The BEST strategy was effective across age groups – even in patients of advanced age who are not typically considered for SET – and represents an opportunity to maintain high delivery rates while dramatically reducing the burden of treatment to patients, society, and ultimately the children conceived.

Single Embryo Transfer Background
The economic costs associated with multiple births from in vitro fertilization (IVF) are substantial and include both the immediate costs of maternal hospitalization and neonatal intensive care and the potential lifetime costs of care for chronic illness, rehabilitation and special education. Multiple pregnancy and birth also result in increased health risks for mothers.

In 2004, approximately 4% of all preterm births in the United States resulted from ART, with associated costs reaching $1 Billion.1

Single embryo transfer (SET) after IVF has been advocated as the only effective way to avoid multiple pregnancy in IVF cycles. However, the U.S. lags the rest of the world in establishing SET as its standard approach in IVF. This is further compounded by the fact that success rates in SET have traditionally been significantly lower based on a limited ability to predict an embryo’s reproductive potential.

In the United States, SET rates among patients under age 35 have increased 1-2% annually since 2002, accounting for approximately 10% of all transfers in this age group in 2009.1 These trends have resulted in an increase in double embryo transfers leading to a decrease in triplet gestation, but an unchanged rate for twin gestation.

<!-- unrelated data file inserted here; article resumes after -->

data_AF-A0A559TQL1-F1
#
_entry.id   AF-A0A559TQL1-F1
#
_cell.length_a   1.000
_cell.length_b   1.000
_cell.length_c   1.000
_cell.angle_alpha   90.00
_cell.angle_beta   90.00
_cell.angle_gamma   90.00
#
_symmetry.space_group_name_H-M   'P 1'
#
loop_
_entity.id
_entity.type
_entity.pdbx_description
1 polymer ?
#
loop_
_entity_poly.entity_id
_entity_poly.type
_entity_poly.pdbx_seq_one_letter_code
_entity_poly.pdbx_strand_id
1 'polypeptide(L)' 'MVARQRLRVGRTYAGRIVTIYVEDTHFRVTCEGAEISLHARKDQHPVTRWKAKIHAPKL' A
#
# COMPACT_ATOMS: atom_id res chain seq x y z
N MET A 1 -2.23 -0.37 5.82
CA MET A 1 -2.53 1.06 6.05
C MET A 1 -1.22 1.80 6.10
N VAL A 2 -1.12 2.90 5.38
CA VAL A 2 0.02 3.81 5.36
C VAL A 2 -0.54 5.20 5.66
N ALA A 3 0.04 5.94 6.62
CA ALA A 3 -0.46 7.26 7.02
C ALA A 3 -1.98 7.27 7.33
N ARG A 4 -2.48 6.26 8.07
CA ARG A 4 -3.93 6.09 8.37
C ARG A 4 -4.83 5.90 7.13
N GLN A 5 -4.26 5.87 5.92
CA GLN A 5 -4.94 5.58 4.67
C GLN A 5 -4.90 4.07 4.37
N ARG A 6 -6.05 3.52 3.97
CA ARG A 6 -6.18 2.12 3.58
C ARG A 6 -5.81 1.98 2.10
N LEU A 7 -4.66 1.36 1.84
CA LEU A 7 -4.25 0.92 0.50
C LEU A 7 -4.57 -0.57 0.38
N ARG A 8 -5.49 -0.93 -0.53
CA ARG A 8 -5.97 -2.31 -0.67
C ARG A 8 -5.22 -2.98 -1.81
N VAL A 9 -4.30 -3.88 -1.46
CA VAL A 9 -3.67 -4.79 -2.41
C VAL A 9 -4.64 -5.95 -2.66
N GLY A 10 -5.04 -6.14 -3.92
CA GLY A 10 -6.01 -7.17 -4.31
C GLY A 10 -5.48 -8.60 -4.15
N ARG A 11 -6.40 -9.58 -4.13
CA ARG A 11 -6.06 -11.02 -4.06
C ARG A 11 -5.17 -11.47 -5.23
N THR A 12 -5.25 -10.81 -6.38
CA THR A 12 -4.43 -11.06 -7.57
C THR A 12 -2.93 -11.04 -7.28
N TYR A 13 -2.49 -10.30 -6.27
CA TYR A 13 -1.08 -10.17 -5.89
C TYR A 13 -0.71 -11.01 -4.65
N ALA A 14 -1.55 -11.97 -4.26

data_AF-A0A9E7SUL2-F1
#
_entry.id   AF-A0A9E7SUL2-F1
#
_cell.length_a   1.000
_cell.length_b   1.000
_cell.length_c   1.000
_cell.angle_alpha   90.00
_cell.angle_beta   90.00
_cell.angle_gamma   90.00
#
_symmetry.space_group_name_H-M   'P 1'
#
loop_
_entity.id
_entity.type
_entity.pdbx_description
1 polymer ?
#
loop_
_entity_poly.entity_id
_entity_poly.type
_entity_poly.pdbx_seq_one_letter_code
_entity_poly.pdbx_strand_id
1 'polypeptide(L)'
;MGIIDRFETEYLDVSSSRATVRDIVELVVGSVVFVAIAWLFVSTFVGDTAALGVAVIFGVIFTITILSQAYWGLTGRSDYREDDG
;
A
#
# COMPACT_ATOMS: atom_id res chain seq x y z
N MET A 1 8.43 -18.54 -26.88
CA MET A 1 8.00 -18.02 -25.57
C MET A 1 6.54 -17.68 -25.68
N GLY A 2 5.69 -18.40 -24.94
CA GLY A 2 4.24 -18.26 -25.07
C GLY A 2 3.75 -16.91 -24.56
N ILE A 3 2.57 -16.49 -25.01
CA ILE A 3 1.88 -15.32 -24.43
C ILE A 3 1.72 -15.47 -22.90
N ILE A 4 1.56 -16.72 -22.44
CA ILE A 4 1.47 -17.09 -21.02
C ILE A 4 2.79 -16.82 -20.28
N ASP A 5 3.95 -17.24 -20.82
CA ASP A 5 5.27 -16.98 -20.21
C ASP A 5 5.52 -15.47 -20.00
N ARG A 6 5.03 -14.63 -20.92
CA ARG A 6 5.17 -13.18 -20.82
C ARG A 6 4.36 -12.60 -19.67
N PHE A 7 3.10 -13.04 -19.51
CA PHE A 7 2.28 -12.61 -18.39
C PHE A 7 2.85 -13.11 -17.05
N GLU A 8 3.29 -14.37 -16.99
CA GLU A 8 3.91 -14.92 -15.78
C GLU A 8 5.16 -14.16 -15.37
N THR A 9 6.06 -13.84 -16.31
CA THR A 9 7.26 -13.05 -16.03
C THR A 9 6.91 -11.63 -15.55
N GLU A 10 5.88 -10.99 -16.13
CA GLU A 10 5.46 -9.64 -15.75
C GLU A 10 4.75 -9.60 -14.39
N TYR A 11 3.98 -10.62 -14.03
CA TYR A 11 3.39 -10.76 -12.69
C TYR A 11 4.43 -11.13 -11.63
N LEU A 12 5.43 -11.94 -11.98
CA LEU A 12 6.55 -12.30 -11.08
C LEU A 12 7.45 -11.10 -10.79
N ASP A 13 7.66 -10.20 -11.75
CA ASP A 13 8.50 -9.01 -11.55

According to the American Society for Reproductive Medicine, the barriers to increased use of SET include provider and patient education, financial considerations, effective embryo selection and successful cryopreservation.

About Reproductive Medicine Associates of New Jersey
Reproductive Medicine Associates of New Jersey have pioneered and successfully implemented a cutting-edge technology, known as Comprehensive Chromosome Screening (CCS) to more accurately detect healthy embryos that will lead to successful pregnancies and ultimately healthy babies. Other centers have attempted similar testing methods, but RMANJ is the only fertility center in the world to have developed a system of unprecedented accuracy, fully validated through years of rigorous clinical research. RMANJ’s Comprehensive Chromosome Screening offers advanced embryo selection with extreme accuracy by detecting and avoiding use of embryos with chromosomal abnormalities prior to transfer and pregnancy.

The fertility experts at RMANJ have among the highest IVF success rates in the country. Since 1999, they have helped bring more than 20,000 babies to loving families. In addition to serving as the Division of Reproductive Endocrinology at Robert Wood Johnson University Medical School in New Brunswick, NJ, the practice has seven locations in New Jersey. For more information please call RMANJ at 973-656-2089, or visit

1 American Society for Reproductive Medicine. Elective Single-Embryo Transfer. Fertil Steril 2012; 97: 835-842.